NEW ORLEANS - NOVEMBER 30: Tom Brady #12 of the New England Patriots is sacked by Scott Fujita #55 of the New Orleans Saints during the game at Louisana Superdome on November 30, 2009 in New Orleans, Louisiana. The Saints remain undefeated at 11-0 with their 38-17 victory. (Photo by Chris Graythen/Getty Images) *** Local Caption *** Scott Fujita;Tom Brady
And yet, it all seems so futile, doesn’t it? If you watched the Saints curb-stomp the Patriots last night, it’s hard not to feel like winning the NFC East all but a moot point. In the NFC, there are the Saints and the Vikings, and then there is everyone else. The Saints, in particular, are insanely good. They played last night as if the Patriots weren’t even there (and, in the case of Devery Henderson’s TD reception, that indeed was the case). They could easily go 16-0. And the Vikings, with just a banged-up Cards team and the Bengals left as their remaining winning opponents, could easily go 15-1. This has never happened before in the NFL, with one conference sporting both a 16-game winner and a 15-game winner. If both those teams end up clinching the top two spots in the conference, guaranteeing the road to the Super Bowl goes through their comfy domes, uh … That would be bad.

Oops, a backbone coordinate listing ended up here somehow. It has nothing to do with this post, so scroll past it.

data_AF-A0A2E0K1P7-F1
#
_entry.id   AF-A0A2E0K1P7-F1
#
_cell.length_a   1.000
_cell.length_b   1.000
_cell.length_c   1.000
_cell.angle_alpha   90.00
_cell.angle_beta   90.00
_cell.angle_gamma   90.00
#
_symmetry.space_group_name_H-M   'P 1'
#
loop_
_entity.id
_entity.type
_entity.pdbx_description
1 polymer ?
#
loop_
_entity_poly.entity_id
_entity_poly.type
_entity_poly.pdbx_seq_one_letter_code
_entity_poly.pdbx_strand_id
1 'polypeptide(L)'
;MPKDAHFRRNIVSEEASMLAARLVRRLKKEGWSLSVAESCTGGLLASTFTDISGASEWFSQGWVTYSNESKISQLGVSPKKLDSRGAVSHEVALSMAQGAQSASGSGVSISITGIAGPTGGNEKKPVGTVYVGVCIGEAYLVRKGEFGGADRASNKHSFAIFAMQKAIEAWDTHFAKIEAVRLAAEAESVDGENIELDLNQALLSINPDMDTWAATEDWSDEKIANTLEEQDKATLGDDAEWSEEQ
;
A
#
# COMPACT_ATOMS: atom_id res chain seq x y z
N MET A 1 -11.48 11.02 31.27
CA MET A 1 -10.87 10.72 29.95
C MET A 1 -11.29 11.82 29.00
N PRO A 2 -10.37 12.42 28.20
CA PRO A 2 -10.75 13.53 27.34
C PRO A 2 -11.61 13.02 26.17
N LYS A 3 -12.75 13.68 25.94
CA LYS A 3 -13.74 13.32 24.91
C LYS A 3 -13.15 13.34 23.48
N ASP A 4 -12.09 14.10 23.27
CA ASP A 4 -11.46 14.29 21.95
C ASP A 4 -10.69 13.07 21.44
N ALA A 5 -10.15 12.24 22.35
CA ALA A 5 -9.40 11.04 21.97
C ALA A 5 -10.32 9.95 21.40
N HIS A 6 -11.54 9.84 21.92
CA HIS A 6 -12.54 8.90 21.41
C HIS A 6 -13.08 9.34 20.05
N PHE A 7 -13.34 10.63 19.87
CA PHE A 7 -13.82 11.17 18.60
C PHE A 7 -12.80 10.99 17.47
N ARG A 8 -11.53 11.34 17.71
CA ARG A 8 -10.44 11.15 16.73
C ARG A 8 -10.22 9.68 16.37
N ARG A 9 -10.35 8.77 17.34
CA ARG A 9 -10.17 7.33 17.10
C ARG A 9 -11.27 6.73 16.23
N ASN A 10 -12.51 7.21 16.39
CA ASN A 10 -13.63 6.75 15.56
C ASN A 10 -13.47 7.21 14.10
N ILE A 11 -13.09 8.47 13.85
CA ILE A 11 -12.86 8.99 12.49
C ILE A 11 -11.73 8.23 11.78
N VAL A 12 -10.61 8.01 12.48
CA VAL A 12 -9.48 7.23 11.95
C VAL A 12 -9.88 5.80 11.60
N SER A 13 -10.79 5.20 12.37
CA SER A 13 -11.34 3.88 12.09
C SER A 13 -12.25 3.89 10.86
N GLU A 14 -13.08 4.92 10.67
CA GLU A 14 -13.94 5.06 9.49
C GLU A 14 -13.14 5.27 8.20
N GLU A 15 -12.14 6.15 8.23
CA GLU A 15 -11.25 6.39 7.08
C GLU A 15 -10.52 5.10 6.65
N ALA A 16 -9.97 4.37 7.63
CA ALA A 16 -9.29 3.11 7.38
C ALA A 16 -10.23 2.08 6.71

The Cowboys aren’t supposed to look ahead to certain matchups, but we fans can do it all we like. And Dec. 19 against New Orleans is beginning to look like a massacre in waiting. The Cowboys are certainly talented enough to beat the Saints or Vikings on a good day. But holy smokes, does that task look harder and harder as the weeks go by. We live in an age of parity, where a team like Arizona can have a rotten regular season and still get it together in time to plow a road to the big game.
But there weren’t two teams in the NFC last year like these Saints and Vikings. They’re numbers one and two in both points scored and point differential. Both are unbeaten at home. Both sport quarterbacks playing flawless football. Both can rush the passer with just four men. Both have any number of productive receiving targets.
This is the NFL, so things can turn on a dime in a second. Drew Brees could be hurt next week (perhaps from a surprise tire iron attack, not that I’m suggesting any such thing). You never know. But more and more, it appears that the NFC East race is merely a race for a bronze medal.